Examples Of Censorship In America Today

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Censorship in Todays America
Censorship has been a topic of debate for decades. Despite the existence of the First Amendment, which guarantees freedom of speech, the United States has a long history of censoring literature. Most Americans believe that it is unethical to stifle freedom of expression, but often some of the First Amendment’s biggest supporters are its worst enemies. It shocks many to see how rampant it still is in the present day. This paper will show examples of how governments, religious institutions, and schools try to limit first amendment rights through censorship.
Before 1952, censorship in America was local and unorganized (Speer, 2). The main force behind it in the United States was the strict moral standard of the Victorian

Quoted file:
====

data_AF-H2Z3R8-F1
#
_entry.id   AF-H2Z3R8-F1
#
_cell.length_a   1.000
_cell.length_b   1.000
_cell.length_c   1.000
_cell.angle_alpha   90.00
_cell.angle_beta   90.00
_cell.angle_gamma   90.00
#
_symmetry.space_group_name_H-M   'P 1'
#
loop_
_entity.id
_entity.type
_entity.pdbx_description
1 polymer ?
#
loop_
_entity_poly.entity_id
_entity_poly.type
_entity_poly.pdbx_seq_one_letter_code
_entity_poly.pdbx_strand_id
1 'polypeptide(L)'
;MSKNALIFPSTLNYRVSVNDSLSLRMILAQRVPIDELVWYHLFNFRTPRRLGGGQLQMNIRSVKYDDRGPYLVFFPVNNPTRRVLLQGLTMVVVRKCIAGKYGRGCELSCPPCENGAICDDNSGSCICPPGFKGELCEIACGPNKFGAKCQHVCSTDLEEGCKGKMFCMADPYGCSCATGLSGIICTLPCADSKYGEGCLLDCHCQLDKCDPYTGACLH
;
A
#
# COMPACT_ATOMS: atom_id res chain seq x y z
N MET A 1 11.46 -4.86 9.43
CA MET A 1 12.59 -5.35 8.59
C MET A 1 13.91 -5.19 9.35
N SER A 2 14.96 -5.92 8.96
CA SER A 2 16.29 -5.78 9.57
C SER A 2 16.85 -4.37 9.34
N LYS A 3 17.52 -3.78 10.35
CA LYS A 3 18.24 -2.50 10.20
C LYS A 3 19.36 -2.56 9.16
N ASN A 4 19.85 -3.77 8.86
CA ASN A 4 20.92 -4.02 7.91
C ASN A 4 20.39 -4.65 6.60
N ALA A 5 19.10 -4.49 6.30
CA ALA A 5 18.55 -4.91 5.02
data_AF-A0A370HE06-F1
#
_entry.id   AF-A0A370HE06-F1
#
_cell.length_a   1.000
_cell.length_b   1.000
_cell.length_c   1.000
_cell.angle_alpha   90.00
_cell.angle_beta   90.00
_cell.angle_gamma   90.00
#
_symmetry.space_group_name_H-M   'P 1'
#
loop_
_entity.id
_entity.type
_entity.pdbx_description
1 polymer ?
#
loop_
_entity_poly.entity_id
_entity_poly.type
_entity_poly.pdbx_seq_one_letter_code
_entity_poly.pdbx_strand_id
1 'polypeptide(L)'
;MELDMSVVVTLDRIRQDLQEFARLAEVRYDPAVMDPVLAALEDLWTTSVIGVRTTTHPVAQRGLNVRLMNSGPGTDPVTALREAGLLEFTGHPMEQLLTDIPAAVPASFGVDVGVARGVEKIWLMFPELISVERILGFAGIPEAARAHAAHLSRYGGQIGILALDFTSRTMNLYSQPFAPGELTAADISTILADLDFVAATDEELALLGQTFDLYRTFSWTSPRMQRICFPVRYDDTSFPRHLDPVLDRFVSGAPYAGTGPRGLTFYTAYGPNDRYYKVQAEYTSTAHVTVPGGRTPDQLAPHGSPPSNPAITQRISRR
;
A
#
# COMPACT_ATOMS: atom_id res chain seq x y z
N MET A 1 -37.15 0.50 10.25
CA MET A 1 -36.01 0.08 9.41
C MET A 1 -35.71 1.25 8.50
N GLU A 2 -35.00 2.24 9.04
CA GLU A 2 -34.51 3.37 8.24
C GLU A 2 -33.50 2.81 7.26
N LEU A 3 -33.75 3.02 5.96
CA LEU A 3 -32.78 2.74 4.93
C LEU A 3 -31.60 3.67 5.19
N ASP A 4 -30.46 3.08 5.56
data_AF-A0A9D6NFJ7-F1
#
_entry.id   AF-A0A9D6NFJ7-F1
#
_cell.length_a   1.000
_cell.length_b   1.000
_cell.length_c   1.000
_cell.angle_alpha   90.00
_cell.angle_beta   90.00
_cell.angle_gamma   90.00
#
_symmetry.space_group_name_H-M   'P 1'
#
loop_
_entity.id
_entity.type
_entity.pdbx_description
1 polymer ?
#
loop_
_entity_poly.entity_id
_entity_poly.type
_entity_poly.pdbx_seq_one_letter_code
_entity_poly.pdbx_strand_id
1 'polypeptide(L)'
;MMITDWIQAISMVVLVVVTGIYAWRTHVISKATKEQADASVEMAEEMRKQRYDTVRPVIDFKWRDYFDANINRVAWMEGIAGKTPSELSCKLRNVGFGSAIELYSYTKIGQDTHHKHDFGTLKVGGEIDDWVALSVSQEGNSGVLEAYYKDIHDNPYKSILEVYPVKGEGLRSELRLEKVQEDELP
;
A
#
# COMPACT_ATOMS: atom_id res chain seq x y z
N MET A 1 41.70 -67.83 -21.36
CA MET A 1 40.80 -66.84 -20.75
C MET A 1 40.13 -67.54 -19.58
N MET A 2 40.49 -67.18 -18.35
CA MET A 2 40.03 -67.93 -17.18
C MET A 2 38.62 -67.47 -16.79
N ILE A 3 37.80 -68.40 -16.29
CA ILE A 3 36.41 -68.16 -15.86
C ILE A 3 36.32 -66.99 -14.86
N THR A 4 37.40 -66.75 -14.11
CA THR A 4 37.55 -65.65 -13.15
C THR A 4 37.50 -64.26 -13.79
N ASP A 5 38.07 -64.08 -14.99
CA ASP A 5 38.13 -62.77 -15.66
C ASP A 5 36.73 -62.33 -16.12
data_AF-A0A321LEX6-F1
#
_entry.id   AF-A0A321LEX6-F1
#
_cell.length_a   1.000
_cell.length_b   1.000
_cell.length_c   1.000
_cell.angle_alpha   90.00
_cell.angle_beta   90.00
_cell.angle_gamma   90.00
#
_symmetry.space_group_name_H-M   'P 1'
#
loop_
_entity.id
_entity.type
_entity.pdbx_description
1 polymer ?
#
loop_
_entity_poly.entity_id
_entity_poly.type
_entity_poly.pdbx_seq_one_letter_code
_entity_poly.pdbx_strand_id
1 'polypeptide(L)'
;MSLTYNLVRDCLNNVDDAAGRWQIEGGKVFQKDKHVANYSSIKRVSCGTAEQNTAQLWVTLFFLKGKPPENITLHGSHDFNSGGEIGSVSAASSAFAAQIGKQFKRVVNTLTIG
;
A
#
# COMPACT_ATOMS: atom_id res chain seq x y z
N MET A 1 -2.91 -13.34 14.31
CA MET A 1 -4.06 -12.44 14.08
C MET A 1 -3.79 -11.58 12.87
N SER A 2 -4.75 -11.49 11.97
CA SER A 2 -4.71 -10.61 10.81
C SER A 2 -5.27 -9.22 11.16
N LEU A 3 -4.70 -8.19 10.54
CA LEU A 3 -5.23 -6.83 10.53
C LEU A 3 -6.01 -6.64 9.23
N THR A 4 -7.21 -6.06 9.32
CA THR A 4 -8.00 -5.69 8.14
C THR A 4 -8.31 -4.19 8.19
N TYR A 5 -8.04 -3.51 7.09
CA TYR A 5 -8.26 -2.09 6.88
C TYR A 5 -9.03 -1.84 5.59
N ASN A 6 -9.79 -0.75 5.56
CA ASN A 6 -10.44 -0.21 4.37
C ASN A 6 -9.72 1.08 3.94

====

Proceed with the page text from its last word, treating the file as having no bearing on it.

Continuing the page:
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According to the article “The First Amendment: Censorship,” speech is routinely censored due to bias, or personal issues with the content (First Amendment, 3). Also, in the article “Censorship Goes to School,” Nancy Day discusses how advocates for removing “hurtful and dangerous” books believe that they are protecting children, and that is more important than access to free speech (Day, 4). Because integrity in education is important, teachers should stay within the bounds and follow the requirements of education (First Amendment, 2). Author Zibby O’Neal said “We try to teach young people the first amendment rights, but then deny them a book” about repeated efforts to ban The Chocolate War (Day, 3). You would think the people who educate would be open minded, they are actually the most critical (Censorship, 2). Some teachers and librarians believe that scarce funds would be wasted on books that will be questioned (Day, 1). Often those who fight literature are against: homosexuality, Darwin’s Theory and several other topics (First Amendment, 1). Religion can be used as a cause to censor certain information in text books (Day, 2). Operation Rescue is a Christian organization that protests various books. There are many groups that advocate censorship on both sides of the political spectrum. Right-wing groups, like Operation Rescue, want to censor books dealing with civil rights and slavery. Left-wing groups, however, want to eliminate books that they think offend minorities (Hechinger, 2). Both groups are finding that the most effective method of censorship is “fiscal” censorship. Fiscal is where State Legislatures forbid the spending of state money on certain material (Lee,
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